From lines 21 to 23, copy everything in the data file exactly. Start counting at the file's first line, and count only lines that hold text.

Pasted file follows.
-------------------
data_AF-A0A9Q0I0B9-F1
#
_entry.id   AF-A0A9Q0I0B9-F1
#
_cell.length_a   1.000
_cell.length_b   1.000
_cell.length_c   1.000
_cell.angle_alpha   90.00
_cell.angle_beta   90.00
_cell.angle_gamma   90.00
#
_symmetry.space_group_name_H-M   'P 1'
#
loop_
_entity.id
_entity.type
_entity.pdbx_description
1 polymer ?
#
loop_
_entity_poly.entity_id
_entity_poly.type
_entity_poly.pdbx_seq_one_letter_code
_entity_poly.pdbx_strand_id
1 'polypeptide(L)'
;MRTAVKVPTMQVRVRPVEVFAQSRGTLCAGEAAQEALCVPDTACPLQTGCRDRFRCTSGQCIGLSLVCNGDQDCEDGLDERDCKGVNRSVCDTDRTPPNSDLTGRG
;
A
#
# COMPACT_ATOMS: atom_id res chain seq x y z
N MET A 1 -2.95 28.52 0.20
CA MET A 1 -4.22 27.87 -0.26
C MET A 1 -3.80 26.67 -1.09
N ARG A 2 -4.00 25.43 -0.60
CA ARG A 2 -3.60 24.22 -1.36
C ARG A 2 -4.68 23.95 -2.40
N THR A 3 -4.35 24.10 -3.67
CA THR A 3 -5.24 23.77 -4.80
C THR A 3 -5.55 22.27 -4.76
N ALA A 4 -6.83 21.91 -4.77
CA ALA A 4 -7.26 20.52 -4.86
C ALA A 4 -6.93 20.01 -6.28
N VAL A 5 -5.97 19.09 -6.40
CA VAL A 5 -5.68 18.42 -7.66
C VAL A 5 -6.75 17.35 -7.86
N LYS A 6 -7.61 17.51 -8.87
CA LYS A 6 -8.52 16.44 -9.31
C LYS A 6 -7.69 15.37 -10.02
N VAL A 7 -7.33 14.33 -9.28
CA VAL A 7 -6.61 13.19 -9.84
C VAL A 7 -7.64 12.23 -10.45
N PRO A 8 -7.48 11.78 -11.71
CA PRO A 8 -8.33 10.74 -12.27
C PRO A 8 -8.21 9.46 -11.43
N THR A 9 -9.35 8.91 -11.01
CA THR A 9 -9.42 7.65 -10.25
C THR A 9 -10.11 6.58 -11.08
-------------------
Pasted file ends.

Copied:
_entity_poly.entity_id
_entity_poly.type
_entity_poly.pdbx_seq_one_letter_code